The last week of the year has left a somewhat striking image, but which allows us to intuit some scenarios about what may happen in the course of the conflict between Russia and Ukraine. The president of Belarus, Alexandr Lukashenko, enjoyed a hockey game on Wednesday in the same team as his Russian counterpart, Vladimir Putin, who, playing with other well-known professionals in the ‘white team’, beat the ‘red team’ 18-7 , with seven goals from Putin and two from Lukashenko.
Subsequently took place a rmeeting held in St. Petersburg, where the Belarusian leader He thanked Putin for the Kremlin’s political and economic support in the face of Western sanctions, which allowed the former Soviet republic to break out of isolation. “I am very grateful, first of all, to you personally, for all that you have done for Belarus,” Lukashenko said during the meeting.
He added that “any request” made by Minsk is echoed in the Kremlin and “state companies, the government and the banks” react immediately. For this reason, he pointed out, the country’s economy continues to grow, even in “difficult times,” and trade exchanges rose to 36% this year. In addition, both exhibited in this way their unity in the face of the Western sanctions that Minsk has faced since the 2020 presidential elections, described as fraudulent by the opposition and Western foreign ministries.
“Five rounds of sanctions have already been imposed and there is talk of a sixth. Completely stupid sanctions that nobody needs,” Lukashenko said in this regard. On the other hand, bilateral integration was the key topic of the conversations in this sixth meeting between the two leaders so far this year: “We will be able to talk slowly about our bilateral relations within the framework of the creation of the State Union,” he said. Putin at the beginning of the negotiations.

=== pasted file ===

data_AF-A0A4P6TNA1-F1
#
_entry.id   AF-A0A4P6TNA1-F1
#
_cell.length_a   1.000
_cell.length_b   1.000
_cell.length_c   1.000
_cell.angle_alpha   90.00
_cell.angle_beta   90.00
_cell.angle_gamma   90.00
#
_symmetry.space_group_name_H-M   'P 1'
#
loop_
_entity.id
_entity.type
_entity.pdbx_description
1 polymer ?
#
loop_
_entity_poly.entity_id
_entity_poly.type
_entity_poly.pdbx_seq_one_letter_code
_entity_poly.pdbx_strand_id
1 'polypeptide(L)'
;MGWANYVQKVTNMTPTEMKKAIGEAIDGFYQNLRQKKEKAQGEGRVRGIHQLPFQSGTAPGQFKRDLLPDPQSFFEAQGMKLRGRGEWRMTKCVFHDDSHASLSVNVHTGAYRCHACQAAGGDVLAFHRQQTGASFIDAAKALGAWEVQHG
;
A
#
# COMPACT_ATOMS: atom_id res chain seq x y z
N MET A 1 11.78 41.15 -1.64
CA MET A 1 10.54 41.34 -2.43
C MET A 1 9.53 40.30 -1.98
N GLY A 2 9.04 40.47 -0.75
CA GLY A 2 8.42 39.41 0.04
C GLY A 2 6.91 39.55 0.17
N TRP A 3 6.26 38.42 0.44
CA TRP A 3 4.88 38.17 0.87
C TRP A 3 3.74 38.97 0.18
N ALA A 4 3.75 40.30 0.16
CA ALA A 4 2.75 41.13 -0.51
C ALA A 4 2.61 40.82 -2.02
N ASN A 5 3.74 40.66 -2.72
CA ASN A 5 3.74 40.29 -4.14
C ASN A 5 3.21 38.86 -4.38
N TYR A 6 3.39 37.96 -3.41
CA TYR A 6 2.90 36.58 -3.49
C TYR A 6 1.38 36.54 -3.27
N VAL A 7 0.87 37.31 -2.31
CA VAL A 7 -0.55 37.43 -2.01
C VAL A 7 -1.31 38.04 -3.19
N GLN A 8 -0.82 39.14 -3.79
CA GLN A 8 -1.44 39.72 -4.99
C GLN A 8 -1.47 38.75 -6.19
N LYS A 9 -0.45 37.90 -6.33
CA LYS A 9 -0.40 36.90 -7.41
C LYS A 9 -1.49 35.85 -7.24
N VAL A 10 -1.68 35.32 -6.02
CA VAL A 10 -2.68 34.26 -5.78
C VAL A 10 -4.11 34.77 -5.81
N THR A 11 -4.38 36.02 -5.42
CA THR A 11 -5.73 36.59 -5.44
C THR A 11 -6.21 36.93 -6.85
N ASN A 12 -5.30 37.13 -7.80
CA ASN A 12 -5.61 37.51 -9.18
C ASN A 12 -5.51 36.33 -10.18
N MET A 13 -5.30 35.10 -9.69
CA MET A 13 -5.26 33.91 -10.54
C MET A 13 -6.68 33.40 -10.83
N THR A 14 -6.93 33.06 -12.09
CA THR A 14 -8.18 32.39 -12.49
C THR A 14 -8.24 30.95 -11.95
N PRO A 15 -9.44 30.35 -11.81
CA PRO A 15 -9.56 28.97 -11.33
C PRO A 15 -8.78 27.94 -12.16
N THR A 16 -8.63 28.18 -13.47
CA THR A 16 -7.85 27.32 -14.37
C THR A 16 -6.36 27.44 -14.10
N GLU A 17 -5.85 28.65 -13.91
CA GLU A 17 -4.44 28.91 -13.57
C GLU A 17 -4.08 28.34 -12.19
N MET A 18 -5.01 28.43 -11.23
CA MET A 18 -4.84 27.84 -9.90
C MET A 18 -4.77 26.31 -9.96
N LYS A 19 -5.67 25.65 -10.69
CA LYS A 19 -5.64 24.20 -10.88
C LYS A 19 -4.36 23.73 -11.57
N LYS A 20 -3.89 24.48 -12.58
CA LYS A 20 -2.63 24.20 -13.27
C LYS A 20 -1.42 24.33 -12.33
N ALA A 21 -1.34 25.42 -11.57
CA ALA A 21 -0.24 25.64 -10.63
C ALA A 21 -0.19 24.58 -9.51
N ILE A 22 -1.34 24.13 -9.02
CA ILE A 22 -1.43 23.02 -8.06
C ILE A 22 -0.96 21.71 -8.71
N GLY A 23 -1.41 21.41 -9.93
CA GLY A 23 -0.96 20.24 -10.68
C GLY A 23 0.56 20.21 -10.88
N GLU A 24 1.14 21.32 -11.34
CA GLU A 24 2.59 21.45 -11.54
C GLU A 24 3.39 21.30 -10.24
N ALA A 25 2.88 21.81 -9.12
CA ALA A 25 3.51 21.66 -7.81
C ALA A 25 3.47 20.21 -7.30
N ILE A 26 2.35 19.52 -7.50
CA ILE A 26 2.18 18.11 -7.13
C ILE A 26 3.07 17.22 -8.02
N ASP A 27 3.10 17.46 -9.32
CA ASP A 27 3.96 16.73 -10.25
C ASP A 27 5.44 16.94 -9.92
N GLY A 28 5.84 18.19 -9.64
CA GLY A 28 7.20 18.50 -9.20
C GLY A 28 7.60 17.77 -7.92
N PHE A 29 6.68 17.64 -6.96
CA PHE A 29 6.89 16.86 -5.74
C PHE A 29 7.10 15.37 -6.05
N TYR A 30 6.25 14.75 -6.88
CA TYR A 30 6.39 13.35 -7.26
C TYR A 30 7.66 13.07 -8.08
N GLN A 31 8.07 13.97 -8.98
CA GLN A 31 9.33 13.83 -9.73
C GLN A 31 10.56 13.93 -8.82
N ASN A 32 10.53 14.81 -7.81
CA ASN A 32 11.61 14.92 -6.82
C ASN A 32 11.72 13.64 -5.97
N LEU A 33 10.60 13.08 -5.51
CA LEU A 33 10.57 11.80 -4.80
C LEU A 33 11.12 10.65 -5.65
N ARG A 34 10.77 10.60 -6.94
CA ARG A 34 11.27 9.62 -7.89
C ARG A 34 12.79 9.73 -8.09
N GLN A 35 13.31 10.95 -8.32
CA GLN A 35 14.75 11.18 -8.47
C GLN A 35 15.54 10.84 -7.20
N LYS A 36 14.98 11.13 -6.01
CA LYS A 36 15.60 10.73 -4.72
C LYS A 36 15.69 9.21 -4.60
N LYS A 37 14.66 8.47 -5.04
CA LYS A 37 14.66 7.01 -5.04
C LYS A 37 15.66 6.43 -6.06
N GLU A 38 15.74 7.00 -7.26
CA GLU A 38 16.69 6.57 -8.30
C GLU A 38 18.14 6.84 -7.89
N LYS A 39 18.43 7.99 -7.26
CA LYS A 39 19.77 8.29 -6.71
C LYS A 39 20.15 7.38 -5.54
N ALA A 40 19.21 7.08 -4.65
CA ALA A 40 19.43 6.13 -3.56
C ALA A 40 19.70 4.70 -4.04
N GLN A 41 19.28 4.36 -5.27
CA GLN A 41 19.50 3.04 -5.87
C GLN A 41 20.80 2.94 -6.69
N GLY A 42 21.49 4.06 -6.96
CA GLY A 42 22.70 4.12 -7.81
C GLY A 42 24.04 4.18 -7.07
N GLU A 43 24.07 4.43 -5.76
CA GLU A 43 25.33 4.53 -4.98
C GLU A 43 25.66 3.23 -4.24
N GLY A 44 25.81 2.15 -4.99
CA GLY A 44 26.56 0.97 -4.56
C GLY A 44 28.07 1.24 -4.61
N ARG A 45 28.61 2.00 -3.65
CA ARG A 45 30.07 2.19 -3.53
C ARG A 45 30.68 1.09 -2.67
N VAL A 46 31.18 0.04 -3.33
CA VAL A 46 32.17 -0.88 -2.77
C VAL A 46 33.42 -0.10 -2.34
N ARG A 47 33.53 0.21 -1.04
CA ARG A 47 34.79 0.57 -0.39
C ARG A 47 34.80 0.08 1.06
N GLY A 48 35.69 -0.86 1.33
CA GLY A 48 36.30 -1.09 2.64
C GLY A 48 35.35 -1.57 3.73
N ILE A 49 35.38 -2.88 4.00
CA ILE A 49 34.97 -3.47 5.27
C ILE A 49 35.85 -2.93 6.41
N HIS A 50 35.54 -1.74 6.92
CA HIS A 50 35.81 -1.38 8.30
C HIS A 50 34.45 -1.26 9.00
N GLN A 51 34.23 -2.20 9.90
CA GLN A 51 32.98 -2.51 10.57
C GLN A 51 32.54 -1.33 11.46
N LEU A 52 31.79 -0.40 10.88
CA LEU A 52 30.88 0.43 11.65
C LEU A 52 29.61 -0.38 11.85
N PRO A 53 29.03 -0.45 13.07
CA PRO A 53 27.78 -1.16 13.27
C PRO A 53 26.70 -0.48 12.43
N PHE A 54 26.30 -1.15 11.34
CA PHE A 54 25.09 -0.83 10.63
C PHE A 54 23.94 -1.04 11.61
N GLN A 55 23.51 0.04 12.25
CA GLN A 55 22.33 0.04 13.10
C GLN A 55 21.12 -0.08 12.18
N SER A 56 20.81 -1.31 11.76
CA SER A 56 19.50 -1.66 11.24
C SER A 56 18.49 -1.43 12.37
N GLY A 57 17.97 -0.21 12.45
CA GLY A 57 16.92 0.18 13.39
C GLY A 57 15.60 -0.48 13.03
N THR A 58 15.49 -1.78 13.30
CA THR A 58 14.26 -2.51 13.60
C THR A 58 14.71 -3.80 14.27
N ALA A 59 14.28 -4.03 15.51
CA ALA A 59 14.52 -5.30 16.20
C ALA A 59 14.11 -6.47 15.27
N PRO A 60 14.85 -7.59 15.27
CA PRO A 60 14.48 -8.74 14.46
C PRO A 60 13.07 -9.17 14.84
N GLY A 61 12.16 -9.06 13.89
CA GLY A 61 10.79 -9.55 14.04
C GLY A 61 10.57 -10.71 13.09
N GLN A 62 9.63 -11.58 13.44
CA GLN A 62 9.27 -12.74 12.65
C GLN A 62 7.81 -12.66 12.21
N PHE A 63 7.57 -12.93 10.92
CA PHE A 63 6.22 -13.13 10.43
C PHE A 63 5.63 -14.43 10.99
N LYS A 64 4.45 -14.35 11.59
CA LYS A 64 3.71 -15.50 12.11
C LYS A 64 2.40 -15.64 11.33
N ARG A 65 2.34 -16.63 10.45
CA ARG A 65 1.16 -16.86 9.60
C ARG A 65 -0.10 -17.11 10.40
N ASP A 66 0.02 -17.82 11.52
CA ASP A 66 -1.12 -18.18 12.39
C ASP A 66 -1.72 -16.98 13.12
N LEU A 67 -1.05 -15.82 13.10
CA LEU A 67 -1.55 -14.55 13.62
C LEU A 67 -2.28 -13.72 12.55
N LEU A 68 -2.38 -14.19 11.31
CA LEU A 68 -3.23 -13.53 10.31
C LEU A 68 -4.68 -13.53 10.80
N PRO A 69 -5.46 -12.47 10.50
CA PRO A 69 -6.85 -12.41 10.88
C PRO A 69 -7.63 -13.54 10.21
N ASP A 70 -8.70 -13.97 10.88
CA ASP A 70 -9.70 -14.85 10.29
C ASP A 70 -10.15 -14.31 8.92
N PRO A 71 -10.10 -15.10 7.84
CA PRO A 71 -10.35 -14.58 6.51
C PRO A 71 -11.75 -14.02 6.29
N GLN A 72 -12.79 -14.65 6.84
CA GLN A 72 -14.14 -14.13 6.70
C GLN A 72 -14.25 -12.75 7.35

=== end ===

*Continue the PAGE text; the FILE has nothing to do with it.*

Also, this very Wednesday Russia’s Supreme Court ordered the closure of Memorial International, a renowned human rights association in the country and one of the few remaining independent groups. “Dissident voices are threatened in Russia. This has worsened super fast in the last year,” he said this Thursday on the microphones of the SER Natalya Sekretareva, lawyer and spokesperson for the closed organization.
Just 24 hours before the call between Biden and Putin
All this happened the day before US President Joe Biden, together with his Russian counterpart, addressed the agenda of the January 10 talks on the security guarantees required by Moscow on Thursday by phone, the spokesman said Thursday. of the Kremlin, Dmitri Peskov.
“This is a continuation of the videoconference conversation (on December 7) and, in addition, the discussion of a series of current issues related to the consultations scheduled for January 10, 11 and 12”, said the representative of the Russian Presidency during its daily telephone press conference.
Peskov indicated that this afternoon’s conversation will be by telephone and will take place at the initiative of Putin, who at his annual press conference demanded “immediate” guarantees. “The objective of the conversation is very clear, to continue the debate on the issues that are on the agenda of the recent meeting by videoconference,” he stressed.
Belarus is no longer a neutral country
As Russian support for Belarus increases and integration between the two countries grows, Minsk abandons the policy of neutrality that allowed it for years to maintain a certain balance between Russia and the West. According to the press, Putin and Lukashenko spoke about the draft of the new Belarusian Constitution presented this week to end the political crisis that erupted in August 2020.
The document, which will be put to a referendum in 2022, withdrew the clause that Belarus is a nuclear-weapon-free country, in line with Lukashenko’s assertion that Minsk is willing to host such Russian weapons in the face of the NATO threat. . Furthermore, Minsk would also, under the new Magna Carta, renounce its current neutrality status, which was contradicted by its membership of the post-Soviet military alliance, the Collective Security Treaty Organization.
Moscow also expects from Minsk the early recognition of the annexation of the Ukrainian peninsula of Crimea, a step that Lukashenko avoided since 2014. A month ago, the Belarusian president said that Crimea is de facto and ‘de jure’ Russian and announced that he has planned visit her in 2022.